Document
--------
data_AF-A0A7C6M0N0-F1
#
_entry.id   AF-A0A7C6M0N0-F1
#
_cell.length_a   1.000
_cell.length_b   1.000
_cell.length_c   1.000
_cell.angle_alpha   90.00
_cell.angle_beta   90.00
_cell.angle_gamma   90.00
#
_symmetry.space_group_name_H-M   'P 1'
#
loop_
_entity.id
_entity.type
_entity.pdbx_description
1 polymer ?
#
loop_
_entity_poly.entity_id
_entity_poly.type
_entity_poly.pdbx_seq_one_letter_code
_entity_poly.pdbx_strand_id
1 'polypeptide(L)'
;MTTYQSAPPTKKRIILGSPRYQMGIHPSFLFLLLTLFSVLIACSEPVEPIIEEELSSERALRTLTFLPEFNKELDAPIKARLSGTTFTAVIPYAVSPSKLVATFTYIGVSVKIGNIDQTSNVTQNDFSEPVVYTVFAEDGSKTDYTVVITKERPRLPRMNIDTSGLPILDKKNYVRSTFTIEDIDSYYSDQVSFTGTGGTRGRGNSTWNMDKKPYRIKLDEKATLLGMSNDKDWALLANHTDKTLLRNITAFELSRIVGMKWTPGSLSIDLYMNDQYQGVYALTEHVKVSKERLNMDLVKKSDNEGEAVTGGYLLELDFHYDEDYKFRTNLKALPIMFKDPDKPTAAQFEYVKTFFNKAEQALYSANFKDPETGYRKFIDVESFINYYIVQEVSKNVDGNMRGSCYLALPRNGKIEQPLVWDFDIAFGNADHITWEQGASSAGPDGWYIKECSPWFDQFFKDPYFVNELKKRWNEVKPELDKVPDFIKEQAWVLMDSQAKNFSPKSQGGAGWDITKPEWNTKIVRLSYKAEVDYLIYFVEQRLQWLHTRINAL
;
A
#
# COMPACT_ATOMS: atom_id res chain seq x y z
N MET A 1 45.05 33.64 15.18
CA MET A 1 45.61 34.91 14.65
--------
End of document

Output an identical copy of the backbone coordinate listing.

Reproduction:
data_AF-A0A7C6M0N0-F1
#
_entry.id   AF-A0A7C6M0N0-F1
#
_cell.length_a   1.000
_cell.length_b   1.000
_cell.length_c   1.000
_cell.angle_alpha   90.00
_cell.angle_beta   90.00
_cell.angle_gamma   90.00
#
_symmetry.space_group_name_H-M   'P 1'
#
loop_
_entity.id
_entity.type
_entity.pdbx_description
1 polymer ?
#
loop_
_entity_poly.entity_id
_entity_poly.type
_entity_poly.pdbx_seq_one_letter_code
_entity_poly.pdbx_strand_id
1 'polypeptide(L)'
;MTTYQSAPPTKKRIILGSPRYQMGIHPSFLFLLLTLFSVLIACSEPVEPIIEEELSSERALRTLTFLPEFNKELDAPIKARLSGTTFTAVIPYAVSPSKLVATFTYIGVSVKIGNIDQTSNVTQNDFSEPVVYTVFAEDGSKTDYTVVITKERPRLPRMNIDTSGLPILDKKNYVRSTFTIEDIDSYYSDQVSFTGTGGTRGRGNSTWNMDKKPYRIKLDEKATLLGMSNDKDWALLANHTDKTLLRNITAFELSRIVGMKWTPGSLSIDLYMNDQYQGVYALTEHVKVSKERLNMDLVKKSDNEGEAVTGGYLLELDFHYDEDYKFRTNLKALPIMFKDPDKPTAAQFEYVKTFFNKAEQALYSANFKDPETGYRKFIDVESFINYYIVQEVSKNVDGNMRGSCYLALPRNGKIEQPLVWDFDIAFGNADHITWEQGASSAGPDGWYIKECSPWFDQFFKDPYFVNELKKRWNEVKPELDKVPDFIKEQAWVLMDSQAKNFSPKSQGGAGWDITKPEWNTKIVRLSYKAEVDYLIYFVEQRLQWLHTRINAL
;
A
#
# COMPACT_ATOMS: atom_id res chain seq x y z
N MET A 1 45.05 33.64 15.18
CA MET A 1 45.61 34.91 14.65